Marvel Villainous Review
Disney Villainous came out of nowhere in 2018 and captured the imagination of the board-game-curious everywhere. Marvel Villainous picks up the baton and runs with the format, aiming to grab the attention of Marvel’s enormous fanbase. Let’s get under the bonnet (hood, for my American friends) and see what makes the game tick.
Marvel Villainous is an asymmetric strategy game, where players assume the roles of one of five big bad guys from the Marvel universe – Ultron, Hela, Taskmaster, Killmonger, and the one even your dad has heard of, Thanos. Through card management and action selection, they’ll be trying to achieve very different win conditions, and declare themselves the biggest, and baddest of the lot.
Okay, I’ll admit it. When I first saw the buzz around the original Villainous game, I felt my inner snob talking to me. “A mass-market Disney game? Don’t even think about it, we like beige, complicated games with questionable box art“. I was curious because a lot of people were playing it, and the minis and artwork looked great, I just wasn’t sure there’d be enough game there to keep me interested.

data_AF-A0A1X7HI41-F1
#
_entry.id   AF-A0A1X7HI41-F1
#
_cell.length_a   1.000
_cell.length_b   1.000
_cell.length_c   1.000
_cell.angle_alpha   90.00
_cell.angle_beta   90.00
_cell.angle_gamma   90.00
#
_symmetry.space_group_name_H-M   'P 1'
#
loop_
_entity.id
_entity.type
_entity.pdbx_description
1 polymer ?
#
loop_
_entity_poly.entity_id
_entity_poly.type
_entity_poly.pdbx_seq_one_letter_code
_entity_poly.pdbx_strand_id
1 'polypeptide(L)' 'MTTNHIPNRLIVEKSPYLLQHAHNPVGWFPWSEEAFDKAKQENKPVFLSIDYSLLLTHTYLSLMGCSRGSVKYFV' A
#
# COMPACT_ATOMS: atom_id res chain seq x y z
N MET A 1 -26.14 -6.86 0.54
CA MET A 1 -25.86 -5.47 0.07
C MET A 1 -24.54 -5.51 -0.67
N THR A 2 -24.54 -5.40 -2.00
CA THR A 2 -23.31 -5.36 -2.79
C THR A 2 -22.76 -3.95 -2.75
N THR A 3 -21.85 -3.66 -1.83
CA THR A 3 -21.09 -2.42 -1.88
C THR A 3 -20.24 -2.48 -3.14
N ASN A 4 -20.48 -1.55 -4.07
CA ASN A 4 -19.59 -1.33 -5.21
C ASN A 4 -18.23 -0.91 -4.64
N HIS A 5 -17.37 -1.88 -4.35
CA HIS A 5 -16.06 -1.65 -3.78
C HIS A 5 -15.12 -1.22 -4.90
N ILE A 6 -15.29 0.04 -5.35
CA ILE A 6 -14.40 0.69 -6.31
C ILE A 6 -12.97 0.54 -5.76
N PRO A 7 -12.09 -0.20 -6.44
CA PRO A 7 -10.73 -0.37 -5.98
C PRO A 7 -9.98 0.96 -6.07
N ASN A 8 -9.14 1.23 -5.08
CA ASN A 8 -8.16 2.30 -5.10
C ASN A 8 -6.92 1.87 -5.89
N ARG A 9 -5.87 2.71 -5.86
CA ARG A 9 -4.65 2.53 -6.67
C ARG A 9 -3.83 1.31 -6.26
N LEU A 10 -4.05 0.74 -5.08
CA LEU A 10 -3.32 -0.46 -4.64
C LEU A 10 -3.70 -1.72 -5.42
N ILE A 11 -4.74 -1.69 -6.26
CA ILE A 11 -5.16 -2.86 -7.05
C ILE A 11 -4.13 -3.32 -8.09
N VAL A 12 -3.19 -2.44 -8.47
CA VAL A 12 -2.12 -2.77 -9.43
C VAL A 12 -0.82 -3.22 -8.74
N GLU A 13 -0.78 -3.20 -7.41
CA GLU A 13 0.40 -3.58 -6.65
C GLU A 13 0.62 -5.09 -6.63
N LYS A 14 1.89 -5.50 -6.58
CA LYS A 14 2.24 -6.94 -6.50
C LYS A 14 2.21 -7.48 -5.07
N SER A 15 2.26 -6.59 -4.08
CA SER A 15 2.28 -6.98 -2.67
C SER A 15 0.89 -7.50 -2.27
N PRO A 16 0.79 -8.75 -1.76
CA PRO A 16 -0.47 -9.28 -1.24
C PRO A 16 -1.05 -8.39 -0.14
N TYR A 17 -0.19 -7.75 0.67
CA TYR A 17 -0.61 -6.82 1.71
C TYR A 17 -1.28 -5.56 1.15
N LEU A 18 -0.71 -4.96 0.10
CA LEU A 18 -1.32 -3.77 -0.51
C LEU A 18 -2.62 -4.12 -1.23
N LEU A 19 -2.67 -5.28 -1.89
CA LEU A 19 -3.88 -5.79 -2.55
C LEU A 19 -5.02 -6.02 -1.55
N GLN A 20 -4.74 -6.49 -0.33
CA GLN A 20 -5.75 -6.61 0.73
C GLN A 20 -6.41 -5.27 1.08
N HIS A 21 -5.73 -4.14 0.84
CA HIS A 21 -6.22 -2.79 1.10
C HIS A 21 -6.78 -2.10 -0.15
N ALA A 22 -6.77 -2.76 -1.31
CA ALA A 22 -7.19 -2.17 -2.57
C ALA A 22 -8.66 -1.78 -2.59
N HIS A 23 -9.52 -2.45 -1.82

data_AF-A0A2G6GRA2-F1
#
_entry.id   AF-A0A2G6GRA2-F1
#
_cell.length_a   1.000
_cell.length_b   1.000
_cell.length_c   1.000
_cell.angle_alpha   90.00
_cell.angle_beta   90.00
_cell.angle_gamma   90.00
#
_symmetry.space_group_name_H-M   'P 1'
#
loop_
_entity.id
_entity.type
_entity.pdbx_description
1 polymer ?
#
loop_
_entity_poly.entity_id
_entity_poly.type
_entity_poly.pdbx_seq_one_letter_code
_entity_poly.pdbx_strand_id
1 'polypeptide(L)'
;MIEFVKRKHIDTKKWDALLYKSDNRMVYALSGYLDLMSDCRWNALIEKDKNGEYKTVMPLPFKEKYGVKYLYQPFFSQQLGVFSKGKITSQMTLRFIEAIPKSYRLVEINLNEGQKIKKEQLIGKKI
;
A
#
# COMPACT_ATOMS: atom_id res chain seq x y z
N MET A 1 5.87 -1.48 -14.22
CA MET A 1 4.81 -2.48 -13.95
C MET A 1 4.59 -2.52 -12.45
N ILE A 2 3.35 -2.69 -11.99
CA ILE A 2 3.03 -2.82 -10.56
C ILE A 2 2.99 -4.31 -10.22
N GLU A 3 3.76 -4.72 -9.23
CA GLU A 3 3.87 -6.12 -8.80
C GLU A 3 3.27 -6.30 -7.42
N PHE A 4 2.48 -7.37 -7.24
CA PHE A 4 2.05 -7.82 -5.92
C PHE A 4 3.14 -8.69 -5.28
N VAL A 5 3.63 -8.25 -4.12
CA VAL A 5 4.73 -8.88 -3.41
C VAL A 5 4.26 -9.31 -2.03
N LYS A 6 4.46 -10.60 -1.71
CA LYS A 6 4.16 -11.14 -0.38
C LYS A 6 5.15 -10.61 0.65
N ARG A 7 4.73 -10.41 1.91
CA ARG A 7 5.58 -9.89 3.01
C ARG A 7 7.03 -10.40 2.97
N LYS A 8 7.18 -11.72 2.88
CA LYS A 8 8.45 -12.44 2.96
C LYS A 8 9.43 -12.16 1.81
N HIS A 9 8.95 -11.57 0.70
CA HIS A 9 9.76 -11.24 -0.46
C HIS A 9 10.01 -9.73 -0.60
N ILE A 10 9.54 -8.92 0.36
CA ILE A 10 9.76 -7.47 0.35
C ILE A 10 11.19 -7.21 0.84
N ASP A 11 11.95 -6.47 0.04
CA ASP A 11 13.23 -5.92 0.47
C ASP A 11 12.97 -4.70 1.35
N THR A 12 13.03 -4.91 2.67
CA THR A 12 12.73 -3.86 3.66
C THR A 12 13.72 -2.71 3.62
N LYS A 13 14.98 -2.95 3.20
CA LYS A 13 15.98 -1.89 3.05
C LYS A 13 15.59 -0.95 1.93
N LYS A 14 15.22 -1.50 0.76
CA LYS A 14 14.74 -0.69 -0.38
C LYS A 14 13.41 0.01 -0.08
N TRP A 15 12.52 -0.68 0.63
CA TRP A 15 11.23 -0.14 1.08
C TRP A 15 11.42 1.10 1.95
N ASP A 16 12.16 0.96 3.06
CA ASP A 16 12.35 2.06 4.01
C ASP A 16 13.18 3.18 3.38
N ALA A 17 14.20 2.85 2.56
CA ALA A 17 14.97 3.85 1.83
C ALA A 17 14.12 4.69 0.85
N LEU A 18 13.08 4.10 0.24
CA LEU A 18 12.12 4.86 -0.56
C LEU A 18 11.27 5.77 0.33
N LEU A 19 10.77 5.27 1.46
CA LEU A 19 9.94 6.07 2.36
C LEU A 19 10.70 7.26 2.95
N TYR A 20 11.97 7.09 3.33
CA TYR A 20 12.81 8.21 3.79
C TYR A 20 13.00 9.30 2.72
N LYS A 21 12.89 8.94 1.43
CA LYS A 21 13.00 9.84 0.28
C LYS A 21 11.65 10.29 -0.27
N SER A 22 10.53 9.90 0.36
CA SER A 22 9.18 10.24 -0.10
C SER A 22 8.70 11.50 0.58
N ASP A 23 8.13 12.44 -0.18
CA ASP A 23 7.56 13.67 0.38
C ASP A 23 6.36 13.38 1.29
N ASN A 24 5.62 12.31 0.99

Time passed though, I did some reading, and when the chance came to get Marvel Villainous: Infinite Power (to give it its full name, which nobody uses), I decided to come at it with an open mind. The theme is great, and fans of the comics and films will really appreciate the actions of each and every one of the hero and ally cards. When you’ve got a franchise as big an powerful as Marvel in your hands, you want to make the most of the lore and characters given to you, and Ravensburger really have.
Master of your domain